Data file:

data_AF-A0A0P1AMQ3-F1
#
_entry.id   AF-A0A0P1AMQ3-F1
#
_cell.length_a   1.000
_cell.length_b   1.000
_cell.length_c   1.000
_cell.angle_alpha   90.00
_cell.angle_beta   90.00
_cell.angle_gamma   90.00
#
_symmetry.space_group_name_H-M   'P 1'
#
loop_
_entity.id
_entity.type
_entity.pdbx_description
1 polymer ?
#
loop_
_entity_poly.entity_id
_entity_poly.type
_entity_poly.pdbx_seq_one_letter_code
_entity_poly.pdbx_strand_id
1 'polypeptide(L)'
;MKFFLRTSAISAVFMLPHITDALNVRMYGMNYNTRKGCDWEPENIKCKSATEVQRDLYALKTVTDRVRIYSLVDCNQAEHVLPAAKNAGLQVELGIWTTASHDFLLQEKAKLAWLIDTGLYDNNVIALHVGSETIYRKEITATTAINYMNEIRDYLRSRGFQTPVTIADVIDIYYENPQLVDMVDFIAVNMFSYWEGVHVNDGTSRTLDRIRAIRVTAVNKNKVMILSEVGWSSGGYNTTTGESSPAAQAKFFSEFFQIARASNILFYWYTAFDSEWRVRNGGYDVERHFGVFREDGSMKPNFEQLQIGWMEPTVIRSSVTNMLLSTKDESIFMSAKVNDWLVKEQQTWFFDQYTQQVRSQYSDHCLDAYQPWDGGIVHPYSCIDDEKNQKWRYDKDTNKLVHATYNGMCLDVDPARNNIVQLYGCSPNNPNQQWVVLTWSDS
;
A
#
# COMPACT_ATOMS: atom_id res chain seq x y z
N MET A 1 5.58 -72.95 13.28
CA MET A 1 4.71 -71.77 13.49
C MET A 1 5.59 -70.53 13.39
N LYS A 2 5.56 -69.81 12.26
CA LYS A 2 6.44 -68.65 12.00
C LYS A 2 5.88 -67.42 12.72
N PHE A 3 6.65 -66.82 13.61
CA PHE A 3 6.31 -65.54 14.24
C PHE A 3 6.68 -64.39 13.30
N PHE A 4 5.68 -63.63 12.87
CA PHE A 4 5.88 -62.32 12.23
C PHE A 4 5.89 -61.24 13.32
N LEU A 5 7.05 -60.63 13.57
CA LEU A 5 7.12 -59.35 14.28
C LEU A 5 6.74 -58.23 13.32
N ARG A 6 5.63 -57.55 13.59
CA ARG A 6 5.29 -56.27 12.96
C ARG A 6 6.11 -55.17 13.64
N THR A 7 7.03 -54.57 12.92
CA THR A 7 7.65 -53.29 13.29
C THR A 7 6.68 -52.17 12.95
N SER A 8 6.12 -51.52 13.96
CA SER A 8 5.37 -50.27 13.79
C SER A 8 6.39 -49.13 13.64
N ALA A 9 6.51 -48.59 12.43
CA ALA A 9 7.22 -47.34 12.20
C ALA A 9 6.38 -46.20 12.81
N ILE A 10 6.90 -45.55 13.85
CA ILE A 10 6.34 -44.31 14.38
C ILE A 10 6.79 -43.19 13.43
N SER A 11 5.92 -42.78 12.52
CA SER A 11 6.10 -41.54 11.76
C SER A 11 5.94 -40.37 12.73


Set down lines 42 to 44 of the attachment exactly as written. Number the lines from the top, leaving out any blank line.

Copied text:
C PHE A 4 5.89 -61.24 13.32
N LEU A 5 7.05 -60.63 13.57
CA LEU A 5 7.12 -59.35 14.28